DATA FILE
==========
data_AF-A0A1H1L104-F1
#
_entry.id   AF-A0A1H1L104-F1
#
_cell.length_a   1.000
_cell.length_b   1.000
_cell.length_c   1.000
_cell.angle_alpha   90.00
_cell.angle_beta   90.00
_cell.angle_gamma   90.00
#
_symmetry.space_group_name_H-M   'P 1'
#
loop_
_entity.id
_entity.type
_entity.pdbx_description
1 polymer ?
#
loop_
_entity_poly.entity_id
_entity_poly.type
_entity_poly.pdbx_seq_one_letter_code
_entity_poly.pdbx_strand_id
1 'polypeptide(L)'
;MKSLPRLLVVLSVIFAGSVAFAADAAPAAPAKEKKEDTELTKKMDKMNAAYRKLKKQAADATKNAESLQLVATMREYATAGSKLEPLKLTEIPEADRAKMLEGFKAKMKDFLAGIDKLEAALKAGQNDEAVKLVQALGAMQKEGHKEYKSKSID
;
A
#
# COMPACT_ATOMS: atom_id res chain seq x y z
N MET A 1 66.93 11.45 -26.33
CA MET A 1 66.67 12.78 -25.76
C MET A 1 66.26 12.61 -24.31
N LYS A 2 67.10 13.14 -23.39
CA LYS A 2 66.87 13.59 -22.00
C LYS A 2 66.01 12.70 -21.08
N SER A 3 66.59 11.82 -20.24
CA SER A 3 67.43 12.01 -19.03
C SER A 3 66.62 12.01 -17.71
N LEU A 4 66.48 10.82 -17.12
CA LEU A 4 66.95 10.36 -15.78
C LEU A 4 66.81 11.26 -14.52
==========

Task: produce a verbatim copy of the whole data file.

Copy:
data_AF-A0A1H1L104-F1
#
_entry.id   AF-A0A1H1L104-F1
#
_cell.length_a   1.000
_cell.length_b   1.000
_cell.length_c   1.000
_cell.angle_alpha   90.00
_cell.angle_beta   90.00
_cell.angle_gamma   90.00
#
_symmetry.space_group_name_H-M   'P 1'
#
loop_
_entity.id
_entity.type
_entity.pdbx_description
1 polymer ?
#
loop_
_entity_poly.entity_id
_entity_poly.type
_entity_poly.pdbx_seq_one_letter_code
_entity_poly.pdbx_strand_id
1 'polypeptide(L)'
;MKSLPRLLVVLSVIFAGSVAFAADAAPAAPAKEKKEDTELTKKMDKMNAAYRKLKKQAADATKNAESLQLVATMREYATAGSKLEPLKLTEIPEADRAKMLEGFKAKMKDFLAGIDKLEAALKAGQNDEAVKLVQALGAMQKEGHKEYKSKSID
;
A
#
# COMPACT_ATOMS: atom_id res chain seq x y z
N MET A 1 66.93 11.45 -26.33
CA MET A 1 66.67 12.78 -25.76
C MET A 1 66.26 12.61 -24.31
N LYS A 2 67.10 13.14 -23.39
CA LYS A 2 66.87 13.59 -22.00
C LYS A 2 66.01 12.70 -21.08
N SER A 3 66.59 11.82 -20.24
CA SER A 3 67.43 12.01 -19.03
C SER A 3 66.62 12.01 -17.71
N LEU A 4 66.48 10.82 -17.12
CA LEU A 4 66.95 10.36 -15.78
C LEU A 4 66.81 11.26 -14.52